On This Day: Yuvraj Singh relives hitting Stuart Broad for six sixes

Yuvraj Singh, charged by a verbal duel with Andrew Flintoff, unleashed fury on Stuart Broad hitting the pacer for six sixes in a single over in the ICC World Twenty20 in 2007.

Published : Sep 23, 2017 18:10 IST , New Delhi

Fired up by Andrew Flintoff's words, Yuvraj Singh went ballistic in Stuart Broad's over.
Fired up by Andrew Flintoff's words, Yuvraj Singh went ballistic in Stuart Broad's over.

Fired up by Andrew Flintoff's words, Yuvraj Singh went ballistic in Stuart Broad's over.


Yuvraj Singh has relived those six sixes in an over against Stuart Broad countless times and can showcase them with an impeccable shadow replay of those strokes.

The precursor to this epic show was his verbal duel with Andrew Flintoff. Yuvraj knows how best to retort. Let his bat do the talking.

READ: On This Day: Yuvraj Singh relives hitting Stuart Broad for six sixers

Broad’s over would soon earn a place in cricket history. First ball bang out of the Kingsmead. Next into the stands behind square leg. Then flying over cover. Broad tries round the stumps but bowls a full toss. The result is the same, a six over point now. He slams it over midwicket to make it five in five. “I knew what he was thinking. A yorker. I was in a similar situation once,” recalls Yuvraj. Broad trembles. The crowd holds its breath. And Yuvraj explodes to send the ball soaring over midwicket.

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Setting the trend

“Honestly, after the fourth six I thought it could be six in six. I had to exploit the onside. The midwicket boundary was shorter. I anticipated the yorker and was glad to receive one. It was great fun because the knock kind of set the trend for the team. We went on to beat South Africa in the next match and nothing was going to stop us from there,” Yuvraj said in a chat with Sportstar .


His 58 against England was followed by a superb 70 off 30 balls in the semifinal against Australia.

A decade has passed since that fascinating assault which put Yuvraj in the grand company of the evergreen Garry Sobers, the first to achieve the feat when batting for Nottinghamshire against Glamorgan in 1968. Malcolm Nash was the bowler who came to grief.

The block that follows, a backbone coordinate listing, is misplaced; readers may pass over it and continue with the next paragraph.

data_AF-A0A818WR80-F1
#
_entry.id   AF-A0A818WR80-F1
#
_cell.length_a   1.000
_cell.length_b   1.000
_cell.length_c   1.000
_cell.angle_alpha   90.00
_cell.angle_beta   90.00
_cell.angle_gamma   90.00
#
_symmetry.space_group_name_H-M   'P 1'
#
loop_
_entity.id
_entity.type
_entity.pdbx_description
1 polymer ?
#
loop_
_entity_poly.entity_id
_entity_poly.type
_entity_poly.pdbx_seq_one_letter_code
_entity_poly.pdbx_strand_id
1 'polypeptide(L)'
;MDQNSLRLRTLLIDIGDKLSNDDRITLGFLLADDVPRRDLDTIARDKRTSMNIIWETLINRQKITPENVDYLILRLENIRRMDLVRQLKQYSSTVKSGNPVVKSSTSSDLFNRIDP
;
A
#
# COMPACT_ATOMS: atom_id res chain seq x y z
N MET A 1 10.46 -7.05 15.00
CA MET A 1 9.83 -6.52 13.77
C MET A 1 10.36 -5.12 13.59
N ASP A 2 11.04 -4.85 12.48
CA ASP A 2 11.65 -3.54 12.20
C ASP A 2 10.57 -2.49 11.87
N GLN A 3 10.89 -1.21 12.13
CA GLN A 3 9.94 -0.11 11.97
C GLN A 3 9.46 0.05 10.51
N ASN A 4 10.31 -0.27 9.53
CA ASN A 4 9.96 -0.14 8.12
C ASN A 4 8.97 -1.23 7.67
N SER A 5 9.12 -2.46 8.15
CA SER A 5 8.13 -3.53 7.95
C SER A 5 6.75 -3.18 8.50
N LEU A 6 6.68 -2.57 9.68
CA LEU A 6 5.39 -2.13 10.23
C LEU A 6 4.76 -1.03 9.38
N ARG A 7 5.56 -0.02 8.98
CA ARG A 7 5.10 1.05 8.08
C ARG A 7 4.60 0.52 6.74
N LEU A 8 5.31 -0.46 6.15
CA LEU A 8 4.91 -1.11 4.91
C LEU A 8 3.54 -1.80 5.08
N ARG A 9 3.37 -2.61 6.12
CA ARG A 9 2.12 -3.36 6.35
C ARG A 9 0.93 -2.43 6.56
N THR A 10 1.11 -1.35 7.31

Play positively with freedom

“The T20 World Cup,” remembered Yuvraj, “was a wonderful journey. The team was full of youngsters. Seniors like Sachin (Tendulkar), Rahul (Dravid) and Sourav (Ganguly) had opted out. We decided to have fun and not attract needless pressure like we had in the West Indies [failing to qualify for the second stage of the ICC World Cup]. We told ourselves not to have any fear of losing and basically play positive.”

Yuvraj, 35, emphasised, “It was a crucial phase for Indian cricket. By claiming the trophy we won the faith of our fans. Cricket went on an unprecedented high from that point and set up the process that culminated with the glorious 2011 World Cup triumph in Mumbai.”

The 2007 ICC World Twenty20 was more enjoyable than the 2011 win, emphasised Yuvraj. “In 2011 we played under severe pressure. It was Sachin’s last Cup and we were all stressed out after every match. In 2007, there were little expectations from us. It worked in our favour.”

READ: WT20 triumph - Dawn of new era in Indian cricket

Misbah’s costly blunder

And that last over in the final when Joginder Sharma snared the dangerous Misbal-ul-Haq?

“Oh, that was unbelievable. Misbah hitting that shot when he could have slammed the ball anywhere in front. Sreesanth taking that catch was incredible too. When I saw him getting under the ball I just closed my eyes because Sree was known to drop catches. But then Sree is such an unpredictable guy. He held the catch and with that the cup.”

Yuvraj revealed Harbhajan Singh was to bowl that over. “But Bhajji said he was not confident of getting his yorkers. He told MS (Dhoni) not to take a chance with him. So MSD tossed the ball to Jogi . Thanks to Misbah we made history.”

Also Read: WT20 title victory - ‘It will stay with us forever’

According to Yuvraj, the “bowlers won us the tournament. We enjoyed each other’s company and the camaraderie grew with every match. Everyone just expressed himself loudly on the field. Most importantly there was no coach (like Greg Chappell) to shackle our natural flair.”

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